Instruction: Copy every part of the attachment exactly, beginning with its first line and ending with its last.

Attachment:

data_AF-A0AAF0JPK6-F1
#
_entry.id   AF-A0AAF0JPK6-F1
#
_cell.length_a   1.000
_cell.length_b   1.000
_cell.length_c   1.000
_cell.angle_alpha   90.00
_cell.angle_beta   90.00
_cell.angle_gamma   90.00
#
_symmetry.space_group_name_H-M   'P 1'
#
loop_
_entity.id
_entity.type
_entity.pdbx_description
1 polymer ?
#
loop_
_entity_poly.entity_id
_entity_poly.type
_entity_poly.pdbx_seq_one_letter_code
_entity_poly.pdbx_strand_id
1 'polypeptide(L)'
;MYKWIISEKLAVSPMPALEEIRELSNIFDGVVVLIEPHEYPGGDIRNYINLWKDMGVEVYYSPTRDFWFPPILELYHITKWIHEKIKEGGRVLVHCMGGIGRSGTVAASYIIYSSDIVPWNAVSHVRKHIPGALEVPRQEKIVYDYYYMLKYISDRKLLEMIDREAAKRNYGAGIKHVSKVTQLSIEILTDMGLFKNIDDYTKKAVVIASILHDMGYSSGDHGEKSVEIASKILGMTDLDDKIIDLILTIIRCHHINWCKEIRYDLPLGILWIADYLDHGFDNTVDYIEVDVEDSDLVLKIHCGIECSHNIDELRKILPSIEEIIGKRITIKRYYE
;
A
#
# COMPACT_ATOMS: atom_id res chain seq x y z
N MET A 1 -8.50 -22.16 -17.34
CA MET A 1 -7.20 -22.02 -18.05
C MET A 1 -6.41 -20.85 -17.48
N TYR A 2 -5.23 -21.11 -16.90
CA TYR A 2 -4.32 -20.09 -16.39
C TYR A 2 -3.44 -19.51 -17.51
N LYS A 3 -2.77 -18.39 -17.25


data_AF-A0AAF0JPK6-F1
#
_entry.id   AF-A0AAF0JPK6-F1
#
_cell.length_a   1.000
_cell.length_b   1.000
_cell.length_c   1.000
_cell.angle_alpha   90.00
_cell.angle_beta   90.00
_cell.angle_gamma   90.00
#
_symmetry.space_group_name_H-M   'P 1'
#
loop_
_entity.id
_entity.type
_entity.pdbx_description
1 polymer ?
#
loop_
_entity_poly.entity_id
_entity_poly.type
_entity_poly.pdbx_seq_one_letter_code
_entity_poly.pdbx_strand_id
1 'polypeptide(L)'
;MYKWIISEKLAVSPMPALEEIRELSNIFDGVVVLIEPHEYPGGDIRNYINLWKDMGVEVYYSPTRDFWFPPILELYHITKWIHEKIKEGGRVLVHCMGGIGRSGTVAASYIIYSSDIVPWNAVSHVRKHIPGALEVPRQEKIVYDYYYMLKYISDRKLLEMIDREAAKRNYGAGIKHVSKVTQLSIEILTDMGLFKNIDDYTKKAVVIASILHDMGYSSGDHGEKSVEIASKILGMTDLDDKIIDLILTIIRCHHINWCKEIRYDLPLGILWIADYLDHGFDNTVDYIEVDVEDSDLVLKIHCGIECSHNIDELRKILPSIEEIIGKRITIKRYYE
;
A
#
# COMPACT_ATOMS: atom_id res chain seq x y z
N MET A 1 -8.50 -22.16 -17.34
CA MET A 1 -7.20 -22.02 -18.05
C MET A 1 -6.41 -20.85 -17.48
N TYR A 2 -5.23 -21.11 -16.90
CA TYR A 2 -4.32 -20.09 -16.39
C TYR A 2 -3.44 -19.51 -17.51
N LYS A 3 -2.77 -18.39 -17.25